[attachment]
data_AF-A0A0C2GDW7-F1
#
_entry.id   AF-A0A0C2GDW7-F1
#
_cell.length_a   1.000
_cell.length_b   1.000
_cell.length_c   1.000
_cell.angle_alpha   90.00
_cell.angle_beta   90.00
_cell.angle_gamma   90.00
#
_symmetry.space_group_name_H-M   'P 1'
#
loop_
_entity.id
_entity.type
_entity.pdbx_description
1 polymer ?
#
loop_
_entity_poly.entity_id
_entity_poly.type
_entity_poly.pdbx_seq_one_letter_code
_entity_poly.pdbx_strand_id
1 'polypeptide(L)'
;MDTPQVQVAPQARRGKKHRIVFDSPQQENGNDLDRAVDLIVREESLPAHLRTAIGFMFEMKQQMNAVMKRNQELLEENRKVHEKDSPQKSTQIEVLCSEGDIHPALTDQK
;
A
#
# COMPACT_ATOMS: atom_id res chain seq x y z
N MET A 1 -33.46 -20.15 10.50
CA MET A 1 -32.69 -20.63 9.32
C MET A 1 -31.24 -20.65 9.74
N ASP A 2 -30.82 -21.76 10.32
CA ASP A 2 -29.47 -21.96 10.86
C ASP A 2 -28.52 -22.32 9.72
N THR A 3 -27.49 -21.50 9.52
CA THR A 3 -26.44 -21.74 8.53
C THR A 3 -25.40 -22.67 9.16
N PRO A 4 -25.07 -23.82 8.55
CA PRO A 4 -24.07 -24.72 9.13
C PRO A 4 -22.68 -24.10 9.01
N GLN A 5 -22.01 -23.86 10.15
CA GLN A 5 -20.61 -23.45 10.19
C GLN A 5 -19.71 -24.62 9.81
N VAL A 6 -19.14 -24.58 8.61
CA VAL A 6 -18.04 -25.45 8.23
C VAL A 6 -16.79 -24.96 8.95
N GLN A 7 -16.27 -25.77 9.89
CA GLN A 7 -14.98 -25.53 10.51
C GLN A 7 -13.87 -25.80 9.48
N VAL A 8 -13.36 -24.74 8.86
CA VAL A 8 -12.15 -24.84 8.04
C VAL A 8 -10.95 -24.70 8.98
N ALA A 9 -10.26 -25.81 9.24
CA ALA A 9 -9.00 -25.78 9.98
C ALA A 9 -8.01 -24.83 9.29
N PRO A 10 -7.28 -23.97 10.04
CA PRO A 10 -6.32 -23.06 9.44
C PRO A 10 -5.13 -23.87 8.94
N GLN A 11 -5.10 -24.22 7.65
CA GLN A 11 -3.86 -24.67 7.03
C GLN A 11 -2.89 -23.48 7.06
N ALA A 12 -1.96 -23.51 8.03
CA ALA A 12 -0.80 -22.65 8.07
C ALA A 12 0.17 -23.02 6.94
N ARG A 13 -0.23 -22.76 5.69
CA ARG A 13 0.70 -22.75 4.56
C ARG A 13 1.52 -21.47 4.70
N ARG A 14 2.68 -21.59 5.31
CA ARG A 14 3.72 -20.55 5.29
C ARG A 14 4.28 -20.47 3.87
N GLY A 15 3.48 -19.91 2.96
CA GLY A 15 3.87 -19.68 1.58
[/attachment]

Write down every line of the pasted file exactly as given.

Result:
data_AF-A0A0C2GDW7-F1
#
_entry.id   AF-A0A0C2GDW7-F1
#
_cell.length_a   1.000
_cell.length_b   1.000
_cell.length_c   1.000
_cell.angle_alpha   90.00
_cell.angle_beta   90.00
_cell.angle_gamma   90.00
#
_symmetry.space_group_name_H-M   'P 1'
#
loop_
_entity.id
_entity.type
_entity.pdbx_description
1 polymer ?
#
loop_
_entity_poly.entity_id
_entity_poly.type
_entity_poly.pdbx_seq_one_letter_code
_entity_poly.pdbx_strand_id
1 'polypeptide(L)'
;MDTPQVQVAPQARRGKKHRIVFDSPQQENGNDLDRAVDLIVREESLPAHLRTAIGFMFEMKQQMNAVMKRNQELLEENRKVHEKDSPQKSTQIEVLCSEGDIHPALTDQK
;
A
#
# COMPACT_ATOMS: atom_id res chain seq x y z
N MET A 1 -33.46 -20.15 10.50
CA MET A 1 -32.69 -20.63 9.32
C MET A 1 -31.24 -20.65 9.74
N ASP A 2 -30.82 -21.76 10.32
CA ASP A 2 -29.47 -21.96 10.86
C ASP A 2 -28.52 -22.32 9.72
N THR A 3 -27.49 -21.50 9.52
CA THR A 3 -26.44 -21.74 8.53
C THR A 3 -25.40 -22.67 9.16
N PRO A 4 -25.07 -23.82 8.55
CA PRO A 4 -24.07 -24.72 9.13
C PRO A 4 -22.68 -24.10 9.01
N GLN A 5 -22.01 -23.86 10.15
CA GLN A 5 -20.61 -23.45 10.19
C GLN A 5 -19.71 -24.62 9.81
N VAL A 6 -19.14 -24.58 8.61
CA VAL A 6 -18.04 -25.45 8.23
C VAL A 6 -16.79 -24.96 8.95
N GLN A 7 -16.27 -25.77 9.89
CA GLN A 7 -14.98 -25.53 10.51
C GLN A 7 -13.87 -25.80 9.48
N VAL A 8 -13.36 -24.74 8.86
CA VAL A 8 -12.15 -24.84 8.04
C VAL A 8 -10.95 -24.70 8.98
N ALA A 9 -10.26 -25.81 9.24
CA ALA A 9 -9.00 -25.78 9.98
C ALA A 9 -8.01 -24.83 9.29
N PRO A 10 -7.28 -23.97 10.04
CA PRO A 10 -6.32 -23.06 9.44
C PRO A 10 -5.13 -23.87 8.94
N GLN A 11 -5.10 -24.22 7.65
CA GLN A 11 -3.86 -24.67 7.03
C GLN A 11 -2.89 -23.48 7.06
N ALA A 12 -1.96 -23.51 8.03
CA ALA A 12 -0.80 -22.65 8.07
C ALA A 12 0.17 -23.02 6.94
N ARG A 13 -0.23 -22.76 5.69
CA ARG A 13 0.70 -22.75 4.56
C ARG A 13 1.52 -21.47 4.70
N ARG A 14 2.68 -21.59 5.31
CA ARG A 14 3.72 -20.55 5.29
C ARG A 14 4.28 -20.47 3.87
N GLY A 15 3.48 -19.91 2.96
CA GLY A 15 3.87 -19.68 1.58